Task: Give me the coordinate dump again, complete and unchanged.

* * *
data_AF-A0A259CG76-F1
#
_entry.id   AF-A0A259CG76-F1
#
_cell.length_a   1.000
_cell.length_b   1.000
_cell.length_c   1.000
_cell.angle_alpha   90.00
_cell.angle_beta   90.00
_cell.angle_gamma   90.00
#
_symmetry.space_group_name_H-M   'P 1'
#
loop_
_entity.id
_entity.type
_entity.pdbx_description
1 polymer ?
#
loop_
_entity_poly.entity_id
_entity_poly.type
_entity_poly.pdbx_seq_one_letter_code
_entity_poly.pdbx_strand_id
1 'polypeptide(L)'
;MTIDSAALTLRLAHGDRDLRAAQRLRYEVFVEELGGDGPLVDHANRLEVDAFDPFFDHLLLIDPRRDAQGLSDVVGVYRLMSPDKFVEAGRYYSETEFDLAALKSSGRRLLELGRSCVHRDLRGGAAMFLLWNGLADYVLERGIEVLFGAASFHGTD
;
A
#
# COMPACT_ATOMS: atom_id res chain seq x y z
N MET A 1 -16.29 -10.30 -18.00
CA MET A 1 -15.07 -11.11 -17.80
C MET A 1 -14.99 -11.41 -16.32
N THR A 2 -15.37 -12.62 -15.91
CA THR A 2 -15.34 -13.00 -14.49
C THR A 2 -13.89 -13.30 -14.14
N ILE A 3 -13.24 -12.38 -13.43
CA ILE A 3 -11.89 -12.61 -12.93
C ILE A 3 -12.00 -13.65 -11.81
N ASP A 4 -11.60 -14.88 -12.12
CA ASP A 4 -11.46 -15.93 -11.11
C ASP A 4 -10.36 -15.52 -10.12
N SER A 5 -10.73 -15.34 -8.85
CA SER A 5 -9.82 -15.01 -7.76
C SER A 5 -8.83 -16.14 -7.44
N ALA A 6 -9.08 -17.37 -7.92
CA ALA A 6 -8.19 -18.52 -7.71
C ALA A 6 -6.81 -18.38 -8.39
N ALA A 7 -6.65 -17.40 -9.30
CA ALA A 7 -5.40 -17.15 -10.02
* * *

data_AF-A0A259CG76-F1
#
_entry.id   AF-A0A259CG76-F1
#
_cell.length_a   1.000
_cell.length_b   1.000
_cell.length_c   1.000
_cell.angle_alpha   90.00
_cell.angle_beta   90.00
_cell.angle_gamma   90.00
#
_symmetry.space_group_name_H-M   'P 1'
#
loop_
_entity.id
_entity.type
_entity.pdbx_description
1 polymer ?
#
loop_
_entity_poly.entity_id
_entity_poly.type
_entity_poly.pdbx_seq_one_letter_code
_entity_poly.pdbx_strand_id
1 'polypeptide(L)'
;MTIDSAALTLRLAHGDRDLRAAQRLRYEVFVEELGGDGPLVDHANRLEVDAFDPFFDHLLLIDPRRDAQGLSDVVGVYRLMSPDKFVEAGRYYSETEFDLAALKSSGRRLLELGRSCVHRDLRGGAAMFLLWNGLADYVLERGIEVLFGAASFHGTD
;
A
#
# COMPACT_ATOMS: atom_id res chain seq x y z
N MET A 1 -16.29 -10.30 -18.00
CA MET A 1 -15.07 -11.11 -17.80
C MET A 1 -14.99 -11.41 -16.32
N THR A 2 -15.37 -12.62 -15.91
CA THR A 2 -15.34 -13.00 -14.49
C THR A 2 -13.89 -13.30 -14.14
N ILE A 3 -13.24 -12.38 -13.43
CA ILE A 3 -11.89 -12.61 -12.93
C ILE A 3 -12.00 -13.65 -11.81
N ASP A 4 -11.60 -14.88 -12.12
CA ASP A 4 -11.46 -15.93 -11.11
C ASP A 4 -10.36 -15.52 -10.12
N SER A 5 -10.73 -15.34 -8.85
CA SER A 5 -9.82 -15.01 -7.76
C SER A 5 -8.83 -16.14 -7.44
N ALA A 6 -9.08 -17.37 -7.92
CA ALA A 6 -8.19 -18.52 -7.71
C ALA A 6 -6.81 -18.38 -8.39
N ALA A 7 -6.65 -17.40 -9.30
CA ALA A 7 -5.40 -17.15 -10.02